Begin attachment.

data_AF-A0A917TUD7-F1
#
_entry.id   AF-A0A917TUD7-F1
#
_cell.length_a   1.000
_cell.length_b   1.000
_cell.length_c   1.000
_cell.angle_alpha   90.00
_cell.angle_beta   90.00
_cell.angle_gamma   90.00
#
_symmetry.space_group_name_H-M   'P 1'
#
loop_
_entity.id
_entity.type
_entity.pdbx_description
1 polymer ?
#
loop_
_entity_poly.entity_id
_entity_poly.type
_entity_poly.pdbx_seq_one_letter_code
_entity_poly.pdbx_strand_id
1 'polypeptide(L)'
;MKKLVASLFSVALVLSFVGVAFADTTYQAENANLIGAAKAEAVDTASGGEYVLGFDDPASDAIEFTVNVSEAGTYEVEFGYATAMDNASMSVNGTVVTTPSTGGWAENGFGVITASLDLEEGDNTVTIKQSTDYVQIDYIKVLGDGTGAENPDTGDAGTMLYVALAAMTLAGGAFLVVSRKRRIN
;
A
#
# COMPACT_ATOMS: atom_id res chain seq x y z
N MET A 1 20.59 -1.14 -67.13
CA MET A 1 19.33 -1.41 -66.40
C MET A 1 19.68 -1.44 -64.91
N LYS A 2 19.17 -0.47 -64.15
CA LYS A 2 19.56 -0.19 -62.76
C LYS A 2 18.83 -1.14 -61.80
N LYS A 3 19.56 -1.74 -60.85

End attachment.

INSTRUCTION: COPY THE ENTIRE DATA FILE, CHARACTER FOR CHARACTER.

data_AF-A0A917TUD7-F1
#
_entry.id   AF-A0A917TUD7-F1
#
_cell.length_a   1.000
_cell.length_b   1.000
_cell.length_c   1.000
_cell.angle_alpha   90.00
_cell.angle_beta   90.00
_cell.angle_gamma   90.00
#
_symmetry.space_group_name_H-M   'P 1'
#
loop_
_entity.id
_entity.type
_entity.pdbx_description
1 polymer ?
#
loop_
_entity_poly.entity_id
_entity_poly.type
_entity_poly.pdbx_seq_one_letter_code
_entity_poly.pdbx_strand_id
1 'polypeptide(L)'
;MKKLVASLFSVALVLSFVGVAFADTTYQAENANLIGAAKAEAVDTASGGEYVLGFDDPASDAIEFTVNVSEAGTYEVEFGYATAMDNASMSVNGTVVTTPSTGGWAENGFGVITASLDLEEGDNTVTIKQSTDYVQIDYIKVLGDGTGAENPDTGDAGTMLYVALAAMTLAGGAFLVVSRKRRIN
;
A
#
# COMPACT_ATOMS: atom_id res chain seq x y z
N MET A 1 20.59 -1.14 -67.13
CA MET A 1 19.33 -1.41 -66.40
C MET A 1 19.68 -1.44 -64.91
N LYS A 2 19.17 -0.47 -64.15
CA LYS A 2 19.56 -0.19 -62.76
C LYS A 2 18.83 -1.14 -61.80
N LYS A 3 19.56 -1.74 -60.85